6 Tips for Reference Checking

There has been a lot of talk lately about honesty. One can barely go out in public without hearing something about truth or lack thereof. This morning, two people in front of me at the coffee shop were talking about it. I heard one of them say,

“you know darn well he’s hiding something.”

I immediately thought I knew who they were talking about until I heard the other person mention they would need to start recruiting again. It was then I realized I was overhearing a conversation about reference checks, and I felt sorry for the person who was missing out on the job opportunity.

You see, there are lots of reasons why reference checks are difficult to get; some of them are valid and some are not.

  • Some employers prohibit sharing.
    Somewhere, in the deep dark belly of the organization is a Human Resources practitioner (and perhaps one too many attorneys) who is prohibiting the act of sharing information. Lord knows why…maybe a rogue supervisor spread vicious lies about an ex-employee and now all supervisors are gagged. Perhaps corporate counsel believes the risk of defamation is “scarier” than the risk of negligent hiring. Or maybe the HR Director went to some crazy conference and learned that a “don’t tell” policy was popular and, since everyone wants to be popular, he/she hopped on that bandwagon. Regardless of the reason, it could be that the employer prohibits sharing.
  • Supervisors may be ignorant.
    Mind you, I’m sure they are geniuses in their craft but it is likely they don’t make a habit of keeping abreast of Human Resources’ rules and protocols. They are likely unsure what they can share, what they should share, etc. so when they are called, they simply decline to offer anything.
  • The candidate may be “to blame” but not in the way you think.
    The candidate may have failed to contact/prepare the reference about the ongoing job search so the reference is caught off guard. Maybe the candidate didn’t provide a written release to the ex-employer, which may be needed before a supervisor can share. It’s probable the candidate didn’t realize there was a crazy “don’t tell” policy floating around and, more than likely, doesn’t know how to creatively work around that sort of thing.

I suppose it’s also possible the candidate is a bad egg but, as the above suggests, there are other valid reasons to explain why information wasn’t shared.

Therefore, I boldly suggested to the gentleman at the coffee shop to 1) try some Biscotti as it was divine, and 2) try some of the tactics below before he rejected his top candidate.

  • Put some ownership on the candidate.
    Communicate that you cannot/will not consider an offer without gaining previous employment information. Offer ideas on how he/she can arrange for relevant, factual information to be shared.
  • Be respectful of the previous employer’s time.
    Arrange a time to call the reference instead of simply picking up the phone when it’s convenient for you. Some people like sending questions via email. It’s been my experience that this helps the reference be better prepared for your phone call.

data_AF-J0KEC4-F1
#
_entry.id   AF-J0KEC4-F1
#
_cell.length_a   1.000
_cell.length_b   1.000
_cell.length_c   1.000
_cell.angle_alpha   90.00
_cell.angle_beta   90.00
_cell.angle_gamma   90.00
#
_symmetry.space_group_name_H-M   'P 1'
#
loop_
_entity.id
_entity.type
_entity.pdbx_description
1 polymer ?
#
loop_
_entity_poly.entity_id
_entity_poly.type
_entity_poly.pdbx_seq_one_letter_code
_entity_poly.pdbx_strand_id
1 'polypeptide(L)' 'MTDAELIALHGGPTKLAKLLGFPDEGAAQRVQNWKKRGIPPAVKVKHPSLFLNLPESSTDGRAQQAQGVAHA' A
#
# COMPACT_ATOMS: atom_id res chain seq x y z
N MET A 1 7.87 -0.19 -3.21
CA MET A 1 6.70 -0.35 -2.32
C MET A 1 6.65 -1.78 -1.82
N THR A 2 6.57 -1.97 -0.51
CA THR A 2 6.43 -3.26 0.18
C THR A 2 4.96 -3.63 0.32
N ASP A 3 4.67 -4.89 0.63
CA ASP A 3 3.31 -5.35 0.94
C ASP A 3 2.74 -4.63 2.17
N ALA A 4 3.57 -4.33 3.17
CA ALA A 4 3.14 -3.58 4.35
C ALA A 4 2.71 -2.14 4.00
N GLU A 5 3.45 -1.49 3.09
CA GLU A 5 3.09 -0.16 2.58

• Be a good interviewer.
    Start with offering your thanks for the reference’s time. Then share that the candidate suggested the reference would be a good source of information. Next, share a bit about the job (what the responsibilities are, what an ideal candidate would be, etc.). Continue with what you learned about the candidate and what information you need validated. If you’re lucky, this will ultimately lead to additional candid and helpful information.
  • Be persistent without being annoying.
    Give some gentle reminders, solicit some empathy, etc. to make it clear to the candidate or the reference that you cannot pursue an employment offer until you do your “due diligence” in gathering information.
  • Stop the madness!
    If you work for an employer that prohibits factual information sharing, do something about it!  How hypocritical is it of you to seek information but yet refuse to give information?
  • Do some research.
    We are all concerned about negligent hiring/negligent retention legislation – that’s why we need to get employment references. In addition, many states have laws protecting individuals who, in good faith, disclose information about the job performance of an employee or former employee to a prospective employer. They are typically called “immunity from good faith disclosure” laws.

In the end, it all comes down to this. A good hire is critical to our organization’s success and sustainability. That being said, investing in the process of finding, screening and selecting a good candidate is important. It was clear the gentleman I met this morning spent a good deal of time, money and other resources finding the candidate he ultimately wanted for the job, yet he nearly threw his investment away simply because of a hiccup in the reference checking process.

A little patience and persistence goes a long way in ensuring we get a good return on that investment.



About the Author

Heather Kinzie, SPHR, SHRM-SCP, GPHR, serves as the Chief Operating Officer for The Strive Group. With more than 20 years of organizational and workforce performance experience, Kinzie offers consulting, coaching, content development and ltraining to clients. She oversees a team of experts who utilize a broad, systematic approach to problem solving and consultation. Recognizing the critical importance of leadership, communication and effective collaboration among teams, Kinzie is committed to helping clients improve communication, engagement and organizational performance.

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